It's one thing to declare large sugary drinks as contraband, which New York mayor Mike Bloomberg infamously did late last year.
It's quite another to actually write the rules and regulations that determine what counts as a large sugary drink. That's where the regulators have to come in — and, down to the teaspoon and calorie, determine how to define the word "sugary."
The New York ban on sugary drinks larger than 16 ounces takes effect next Tuesday. With it comes a new fact sheet for restaurant workers, explaining how best to hew to the spirit of the law.
First, you've got to know if a drink has sugar in it altogether — and, chances are, the menu label won't necessarily even say "sugar." There are 11 sweeteners that New York City identifies as sweeteners with calories:
This means that a milk drink, with many calories, could still be served in a size larger than 16 ounces (but, as the regulations stipulate, a milkshake must be least half "milk, ice cream or other milk substitute.").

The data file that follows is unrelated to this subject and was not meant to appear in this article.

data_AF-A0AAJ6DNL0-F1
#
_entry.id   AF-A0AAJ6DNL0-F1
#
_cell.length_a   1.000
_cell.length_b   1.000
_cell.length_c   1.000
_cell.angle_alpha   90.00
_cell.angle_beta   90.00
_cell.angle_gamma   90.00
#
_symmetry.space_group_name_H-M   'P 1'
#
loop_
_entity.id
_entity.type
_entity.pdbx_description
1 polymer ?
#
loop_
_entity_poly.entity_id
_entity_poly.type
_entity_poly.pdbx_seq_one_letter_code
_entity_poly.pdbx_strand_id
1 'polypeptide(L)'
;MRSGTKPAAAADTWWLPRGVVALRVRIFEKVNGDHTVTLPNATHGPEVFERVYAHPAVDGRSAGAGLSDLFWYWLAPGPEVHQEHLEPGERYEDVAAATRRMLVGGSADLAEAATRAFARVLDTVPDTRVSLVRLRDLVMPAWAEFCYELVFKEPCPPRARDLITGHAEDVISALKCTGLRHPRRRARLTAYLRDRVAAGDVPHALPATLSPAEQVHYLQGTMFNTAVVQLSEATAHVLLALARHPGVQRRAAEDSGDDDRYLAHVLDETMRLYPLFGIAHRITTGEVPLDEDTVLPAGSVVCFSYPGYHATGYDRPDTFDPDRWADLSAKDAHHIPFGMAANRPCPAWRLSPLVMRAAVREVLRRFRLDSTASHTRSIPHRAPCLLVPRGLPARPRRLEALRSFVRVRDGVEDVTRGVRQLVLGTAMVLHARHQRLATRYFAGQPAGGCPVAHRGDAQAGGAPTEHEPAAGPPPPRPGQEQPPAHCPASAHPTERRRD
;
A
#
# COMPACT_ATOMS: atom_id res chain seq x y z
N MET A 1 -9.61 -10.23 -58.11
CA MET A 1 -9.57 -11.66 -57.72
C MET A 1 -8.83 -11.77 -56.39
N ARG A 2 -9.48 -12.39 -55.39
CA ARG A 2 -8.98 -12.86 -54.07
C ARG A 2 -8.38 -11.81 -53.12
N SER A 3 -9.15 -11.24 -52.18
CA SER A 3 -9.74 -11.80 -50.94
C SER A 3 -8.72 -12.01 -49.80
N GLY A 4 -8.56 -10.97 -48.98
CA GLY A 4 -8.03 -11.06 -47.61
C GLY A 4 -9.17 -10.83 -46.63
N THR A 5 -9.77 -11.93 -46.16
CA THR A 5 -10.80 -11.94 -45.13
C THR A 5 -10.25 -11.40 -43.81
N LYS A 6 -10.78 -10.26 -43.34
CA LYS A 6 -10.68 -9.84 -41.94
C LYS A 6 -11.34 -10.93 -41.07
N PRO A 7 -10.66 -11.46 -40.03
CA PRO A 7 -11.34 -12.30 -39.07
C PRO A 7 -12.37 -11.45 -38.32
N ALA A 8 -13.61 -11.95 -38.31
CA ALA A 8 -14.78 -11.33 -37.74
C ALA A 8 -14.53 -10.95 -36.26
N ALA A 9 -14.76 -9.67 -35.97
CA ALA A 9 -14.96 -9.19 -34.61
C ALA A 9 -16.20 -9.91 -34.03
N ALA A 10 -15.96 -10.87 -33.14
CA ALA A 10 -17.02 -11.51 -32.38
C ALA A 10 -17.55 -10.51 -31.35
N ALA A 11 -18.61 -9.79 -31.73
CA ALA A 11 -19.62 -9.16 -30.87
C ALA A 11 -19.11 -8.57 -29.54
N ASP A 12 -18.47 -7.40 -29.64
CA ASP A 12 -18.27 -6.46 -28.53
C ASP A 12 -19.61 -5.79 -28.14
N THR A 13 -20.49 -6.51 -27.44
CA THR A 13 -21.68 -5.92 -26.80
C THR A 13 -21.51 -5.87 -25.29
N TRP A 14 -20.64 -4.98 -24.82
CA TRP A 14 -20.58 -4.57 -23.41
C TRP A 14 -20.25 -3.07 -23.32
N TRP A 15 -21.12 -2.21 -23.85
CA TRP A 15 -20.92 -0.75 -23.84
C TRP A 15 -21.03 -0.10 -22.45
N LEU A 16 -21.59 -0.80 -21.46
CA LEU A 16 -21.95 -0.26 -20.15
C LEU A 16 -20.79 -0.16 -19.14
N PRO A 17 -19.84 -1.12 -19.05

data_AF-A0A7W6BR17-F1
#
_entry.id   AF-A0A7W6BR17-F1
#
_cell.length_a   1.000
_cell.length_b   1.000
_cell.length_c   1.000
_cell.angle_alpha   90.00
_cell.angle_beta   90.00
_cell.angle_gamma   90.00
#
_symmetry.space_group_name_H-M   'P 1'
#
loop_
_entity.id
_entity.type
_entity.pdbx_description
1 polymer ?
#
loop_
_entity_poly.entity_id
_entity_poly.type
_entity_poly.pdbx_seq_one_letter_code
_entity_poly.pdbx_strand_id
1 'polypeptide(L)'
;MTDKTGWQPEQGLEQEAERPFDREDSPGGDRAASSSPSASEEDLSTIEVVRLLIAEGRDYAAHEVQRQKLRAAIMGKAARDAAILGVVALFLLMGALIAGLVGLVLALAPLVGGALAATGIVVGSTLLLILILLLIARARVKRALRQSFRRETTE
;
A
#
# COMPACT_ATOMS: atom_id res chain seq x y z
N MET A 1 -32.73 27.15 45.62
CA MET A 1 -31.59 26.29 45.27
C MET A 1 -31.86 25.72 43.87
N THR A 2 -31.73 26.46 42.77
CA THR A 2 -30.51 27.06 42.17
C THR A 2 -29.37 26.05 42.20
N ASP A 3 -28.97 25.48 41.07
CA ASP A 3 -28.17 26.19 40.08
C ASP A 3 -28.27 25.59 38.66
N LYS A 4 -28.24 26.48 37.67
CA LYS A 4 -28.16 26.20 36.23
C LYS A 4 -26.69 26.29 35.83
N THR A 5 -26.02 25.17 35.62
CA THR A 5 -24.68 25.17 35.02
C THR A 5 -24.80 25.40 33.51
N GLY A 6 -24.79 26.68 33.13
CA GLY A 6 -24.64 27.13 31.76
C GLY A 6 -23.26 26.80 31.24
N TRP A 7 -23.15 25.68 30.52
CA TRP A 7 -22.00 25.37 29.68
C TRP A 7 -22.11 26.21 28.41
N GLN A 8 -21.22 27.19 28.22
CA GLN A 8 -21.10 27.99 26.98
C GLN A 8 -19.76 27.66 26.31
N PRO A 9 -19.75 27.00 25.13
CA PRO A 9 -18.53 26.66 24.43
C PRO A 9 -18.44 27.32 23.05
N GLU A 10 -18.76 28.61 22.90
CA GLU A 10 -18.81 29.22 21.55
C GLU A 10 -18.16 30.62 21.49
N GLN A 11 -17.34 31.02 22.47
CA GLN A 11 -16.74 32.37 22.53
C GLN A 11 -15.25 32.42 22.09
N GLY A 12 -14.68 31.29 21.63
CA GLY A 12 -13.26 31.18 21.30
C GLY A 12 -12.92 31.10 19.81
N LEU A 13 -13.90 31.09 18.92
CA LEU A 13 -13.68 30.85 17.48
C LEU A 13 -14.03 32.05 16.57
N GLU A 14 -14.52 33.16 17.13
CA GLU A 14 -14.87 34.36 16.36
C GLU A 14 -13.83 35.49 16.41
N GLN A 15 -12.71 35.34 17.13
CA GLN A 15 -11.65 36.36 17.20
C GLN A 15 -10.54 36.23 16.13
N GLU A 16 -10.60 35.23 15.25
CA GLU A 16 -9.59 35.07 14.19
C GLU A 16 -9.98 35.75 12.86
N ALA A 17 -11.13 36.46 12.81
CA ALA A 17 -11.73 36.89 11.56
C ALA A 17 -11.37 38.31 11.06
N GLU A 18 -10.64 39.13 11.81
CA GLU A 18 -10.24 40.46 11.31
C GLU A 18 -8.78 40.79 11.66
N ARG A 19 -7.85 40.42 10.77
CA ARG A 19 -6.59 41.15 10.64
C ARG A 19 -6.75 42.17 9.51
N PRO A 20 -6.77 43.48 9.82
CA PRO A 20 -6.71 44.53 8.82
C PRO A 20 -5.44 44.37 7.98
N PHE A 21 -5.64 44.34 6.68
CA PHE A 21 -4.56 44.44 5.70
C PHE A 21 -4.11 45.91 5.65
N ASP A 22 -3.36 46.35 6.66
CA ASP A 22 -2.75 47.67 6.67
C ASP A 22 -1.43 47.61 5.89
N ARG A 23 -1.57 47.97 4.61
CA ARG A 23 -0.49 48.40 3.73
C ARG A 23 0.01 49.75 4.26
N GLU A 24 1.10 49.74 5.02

Then, you have to figure out if the beverage in question is sweet enough to trigger the new regulation. The law standardizes a "sweet" beverage as one with more than 3.125 calories per ounce. That's relatively easy to sort out if you're selling a standardized beverage, like Coca Cola. But what if you're mixing up coffee drinks at Starbucks? Or serving homemade lemonade?
Those drinks are also subject to the new rule. If a Starbucks customer orders a grande beverage, it would be 16 ounces, and can have as much sugar as desired. But if they go the next size up to a 20-ounce Venti, than the barista is instructed to add only three tablespoons of sugar, so as to stay under the 3.125 calorie per ounce limit.
The new regulations underscore the challenge of operationalizing a seemingly simple, one-sentence public-health policy. It's so complex that, as The New York Times reports, Dunkin Donuts has started handing out flyers to prepare their customers for the changes.